So, again, the logic of this -- you don't hear any of the president's scientists saying, "Oh, yes, we agree with him that these states don't need to -- don't need to do this." Is there any sense why the president is so reluctant to impose national restrictions? Because clearly his own scientists, whether they will say that to his face on the podium, clearly they don't believe that there should be just this kind of, you know, willy-nilly decisions of what states get to do whatever they want to do.

COLLINS: And that's why it's important to keep in mind the president isn't just listening to the doctors in this situation. He's also hearing a lot of calls from governors, including the Florida governor, who you saw reluctantly today put that stay-at-home order nationwide, signed that executive order, and that came after just days ago they were saying that they didn't need one. But today he cited the president's changed demeanor as to why he was now putting that in place. So a lot of these governors, at times want to have strong relationships with the president, are operating off their conversations with him, and they're following suit with him. So that's why it is so important what the president says about this, because it can change how these governors operate in their states.

While yes, it is ultimately it is the governor's decisions, of course the president has a lot of influence there: his aides know that. And, as you were noting, it's not lining up with the doctors are saying about this, with what the president is saying.

Look at what the surgeon general said this morning. He said he considers that guidance that they reissued yesterday to be a nationwide stay-at-home order.


Now, of course, they cannot enforce that. They believe they are not telling all these states to do it.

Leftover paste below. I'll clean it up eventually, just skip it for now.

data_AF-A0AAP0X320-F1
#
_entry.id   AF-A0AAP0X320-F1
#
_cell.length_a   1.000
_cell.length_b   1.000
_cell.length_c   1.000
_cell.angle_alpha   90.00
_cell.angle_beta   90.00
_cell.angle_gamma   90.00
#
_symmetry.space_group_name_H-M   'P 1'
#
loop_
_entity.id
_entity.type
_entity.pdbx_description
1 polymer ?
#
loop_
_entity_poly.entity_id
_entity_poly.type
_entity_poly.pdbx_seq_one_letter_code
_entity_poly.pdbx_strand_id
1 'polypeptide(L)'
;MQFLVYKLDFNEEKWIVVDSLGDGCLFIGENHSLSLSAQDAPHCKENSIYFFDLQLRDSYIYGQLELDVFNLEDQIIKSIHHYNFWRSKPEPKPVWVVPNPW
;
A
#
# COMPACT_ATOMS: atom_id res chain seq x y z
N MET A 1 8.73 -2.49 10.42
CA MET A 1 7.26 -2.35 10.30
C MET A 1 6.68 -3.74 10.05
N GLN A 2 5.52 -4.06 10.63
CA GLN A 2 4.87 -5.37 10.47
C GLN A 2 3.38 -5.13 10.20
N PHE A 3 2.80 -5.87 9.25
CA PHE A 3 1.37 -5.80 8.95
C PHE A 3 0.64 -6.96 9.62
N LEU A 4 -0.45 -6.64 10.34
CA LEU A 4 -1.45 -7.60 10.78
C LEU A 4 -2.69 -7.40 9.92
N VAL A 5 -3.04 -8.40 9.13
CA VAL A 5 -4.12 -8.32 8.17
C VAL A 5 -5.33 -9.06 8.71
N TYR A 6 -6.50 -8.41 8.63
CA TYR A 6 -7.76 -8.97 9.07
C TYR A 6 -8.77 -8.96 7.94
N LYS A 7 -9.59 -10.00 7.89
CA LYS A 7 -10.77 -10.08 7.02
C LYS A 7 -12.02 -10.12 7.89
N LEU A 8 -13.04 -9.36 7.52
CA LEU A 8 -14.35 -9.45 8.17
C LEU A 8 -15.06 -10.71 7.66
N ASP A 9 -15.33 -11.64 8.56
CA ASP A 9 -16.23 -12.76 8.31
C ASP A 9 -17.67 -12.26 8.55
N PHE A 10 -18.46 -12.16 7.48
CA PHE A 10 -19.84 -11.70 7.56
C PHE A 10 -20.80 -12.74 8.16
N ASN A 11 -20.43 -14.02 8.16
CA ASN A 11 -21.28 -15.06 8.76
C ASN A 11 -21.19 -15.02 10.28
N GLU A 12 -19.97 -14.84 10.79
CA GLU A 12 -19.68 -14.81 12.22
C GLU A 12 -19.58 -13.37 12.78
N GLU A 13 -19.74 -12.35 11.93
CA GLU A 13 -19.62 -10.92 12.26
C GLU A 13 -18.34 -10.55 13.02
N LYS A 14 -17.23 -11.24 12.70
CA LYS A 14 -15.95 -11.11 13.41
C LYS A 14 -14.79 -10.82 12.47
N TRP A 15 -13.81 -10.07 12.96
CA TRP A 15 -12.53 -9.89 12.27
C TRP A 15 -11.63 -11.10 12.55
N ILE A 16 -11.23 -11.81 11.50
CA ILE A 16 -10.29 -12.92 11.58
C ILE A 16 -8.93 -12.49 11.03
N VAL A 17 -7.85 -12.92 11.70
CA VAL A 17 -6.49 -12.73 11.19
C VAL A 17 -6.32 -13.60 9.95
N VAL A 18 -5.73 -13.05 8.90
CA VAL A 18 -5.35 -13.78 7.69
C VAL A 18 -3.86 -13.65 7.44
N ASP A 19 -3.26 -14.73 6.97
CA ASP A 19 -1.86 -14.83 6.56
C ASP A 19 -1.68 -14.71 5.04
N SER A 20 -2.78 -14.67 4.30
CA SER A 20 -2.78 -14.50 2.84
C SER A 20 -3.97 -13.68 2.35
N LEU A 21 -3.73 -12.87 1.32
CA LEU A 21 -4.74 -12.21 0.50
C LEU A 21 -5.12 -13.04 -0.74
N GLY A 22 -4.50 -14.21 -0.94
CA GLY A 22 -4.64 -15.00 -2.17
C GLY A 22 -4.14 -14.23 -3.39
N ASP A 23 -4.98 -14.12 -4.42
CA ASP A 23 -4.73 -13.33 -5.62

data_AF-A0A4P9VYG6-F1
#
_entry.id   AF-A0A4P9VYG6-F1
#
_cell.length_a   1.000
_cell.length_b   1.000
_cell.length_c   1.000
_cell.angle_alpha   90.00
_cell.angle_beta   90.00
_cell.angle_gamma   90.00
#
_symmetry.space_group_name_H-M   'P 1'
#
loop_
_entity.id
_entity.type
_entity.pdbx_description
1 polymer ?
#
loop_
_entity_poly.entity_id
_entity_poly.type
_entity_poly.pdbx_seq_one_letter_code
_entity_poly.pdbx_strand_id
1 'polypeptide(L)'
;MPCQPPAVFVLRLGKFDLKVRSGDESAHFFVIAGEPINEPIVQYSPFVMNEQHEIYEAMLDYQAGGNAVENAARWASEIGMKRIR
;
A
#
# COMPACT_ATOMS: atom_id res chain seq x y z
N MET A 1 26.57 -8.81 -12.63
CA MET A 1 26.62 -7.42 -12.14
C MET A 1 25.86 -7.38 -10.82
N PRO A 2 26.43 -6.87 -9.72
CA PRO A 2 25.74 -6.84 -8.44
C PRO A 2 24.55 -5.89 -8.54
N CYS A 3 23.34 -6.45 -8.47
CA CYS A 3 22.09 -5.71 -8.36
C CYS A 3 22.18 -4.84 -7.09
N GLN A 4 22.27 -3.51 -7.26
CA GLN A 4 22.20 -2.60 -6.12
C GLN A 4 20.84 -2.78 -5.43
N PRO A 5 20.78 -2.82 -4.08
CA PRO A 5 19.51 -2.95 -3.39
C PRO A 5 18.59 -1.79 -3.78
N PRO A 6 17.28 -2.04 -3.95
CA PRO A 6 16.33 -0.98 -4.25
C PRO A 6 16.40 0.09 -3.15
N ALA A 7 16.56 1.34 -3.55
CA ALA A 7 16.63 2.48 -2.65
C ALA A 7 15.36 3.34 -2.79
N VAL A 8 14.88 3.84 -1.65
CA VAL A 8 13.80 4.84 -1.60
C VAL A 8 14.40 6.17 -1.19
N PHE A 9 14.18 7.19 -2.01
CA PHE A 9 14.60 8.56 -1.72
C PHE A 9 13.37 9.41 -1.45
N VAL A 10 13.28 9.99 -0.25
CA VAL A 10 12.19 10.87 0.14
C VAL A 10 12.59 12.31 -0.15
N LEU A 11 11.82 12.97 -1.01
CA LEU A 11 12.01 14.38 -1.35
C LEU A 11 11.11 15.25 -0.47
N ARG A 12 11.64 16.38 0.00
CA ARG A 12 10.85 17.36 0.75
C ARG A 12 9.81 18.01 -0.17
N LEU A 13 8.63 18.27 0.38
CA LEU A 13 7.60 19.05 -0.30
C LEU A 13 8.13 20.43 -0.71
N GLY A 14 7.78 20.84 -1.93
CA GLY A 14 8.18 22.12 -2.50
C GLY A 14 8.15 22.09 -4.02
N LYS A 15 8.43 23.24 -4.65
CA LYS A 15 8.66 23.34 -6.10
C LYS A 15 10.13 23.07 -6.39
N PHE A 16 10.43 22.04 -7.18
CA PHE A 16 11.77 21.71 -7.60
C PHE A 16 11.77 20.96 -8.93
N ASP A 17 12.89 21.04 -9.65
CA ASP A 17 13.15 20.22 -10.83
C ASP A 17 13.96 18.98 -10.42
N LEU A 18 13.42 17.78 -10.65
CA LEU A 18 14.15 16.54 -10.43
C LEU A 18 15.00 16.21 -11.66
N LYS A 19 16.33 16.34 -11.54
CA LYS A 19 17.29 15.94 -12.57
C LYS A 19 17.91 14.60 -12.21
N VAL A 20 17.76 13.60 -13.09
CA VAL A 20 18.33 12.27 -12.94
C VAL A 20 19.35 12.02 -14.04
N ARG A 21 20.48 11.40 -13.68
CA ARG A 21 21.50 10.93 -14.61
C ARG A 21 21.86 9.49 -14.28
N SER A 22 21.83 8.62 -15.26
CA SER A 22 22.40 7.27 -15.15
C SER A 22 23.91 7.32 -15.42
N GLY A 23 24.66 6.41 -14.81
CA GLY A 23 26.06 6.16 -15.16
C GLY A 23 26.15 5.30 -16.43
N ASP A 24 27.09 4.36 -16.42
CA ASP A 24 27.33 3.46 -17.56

But that's what the Surgeon General himself is saying. Basically telling all these states they need to be following suit with this, though, of course, we know there's about a dozen that still aren't.

COOPER: Yes. Clearly, the president is not listening to the Surgeon General. Kaitlan Collins, thanks very much.

Still ahead tonight, Michigan governor Gretchen Whitmer joins me. We discuss the supply issues threatening hospitals in her state. Also, a report on two cruise ships with thousands of passengers headed for Florida. The question is, will the state's governor, Ron DeSantis allow them to disembark?


COOPER: Well, moments ago, we learned today's death toll from the coronavirus has increased again, now at 917. Again, that's the highest single day total yet in America. Again, shows the strain placed on healthcare professionals.

As we reported at the top of the program, President Trump, tonight, says the strategic national stockpile -- personal protective equipment for doctors, nurses, police, firemen, EMT, firefighters, first responders, is just about depleted. President Trump said this evening, they're sending it directly to hospitals.

Joining me now is CNN National Security Analyst, Juliette Kayyem. Juliette, can you just walk us through how it's possible that the national stockpile is depleted? Because, from what I understand, FEMA works for ways to find, supply, and distribute to states, but --


COOPER: -- are there situations where FEMA is actually competing with the states, which is what the governor was saying? [20:20:00]

KAYYEM: Yes, absolutely. So basically how it works is you have a known quantity of things. So let's just say it's masks, those masks are counted by FEMA and then distributed to the states based on need. So it's a basic supply chain.

Now, this one is much more complicated, you've got lots of needs and lots of demand. So basically what happened was you have a strategic national stockpile you start getting--totally predictable by the way this should not have been a shock, 50 states making requests simultaneously.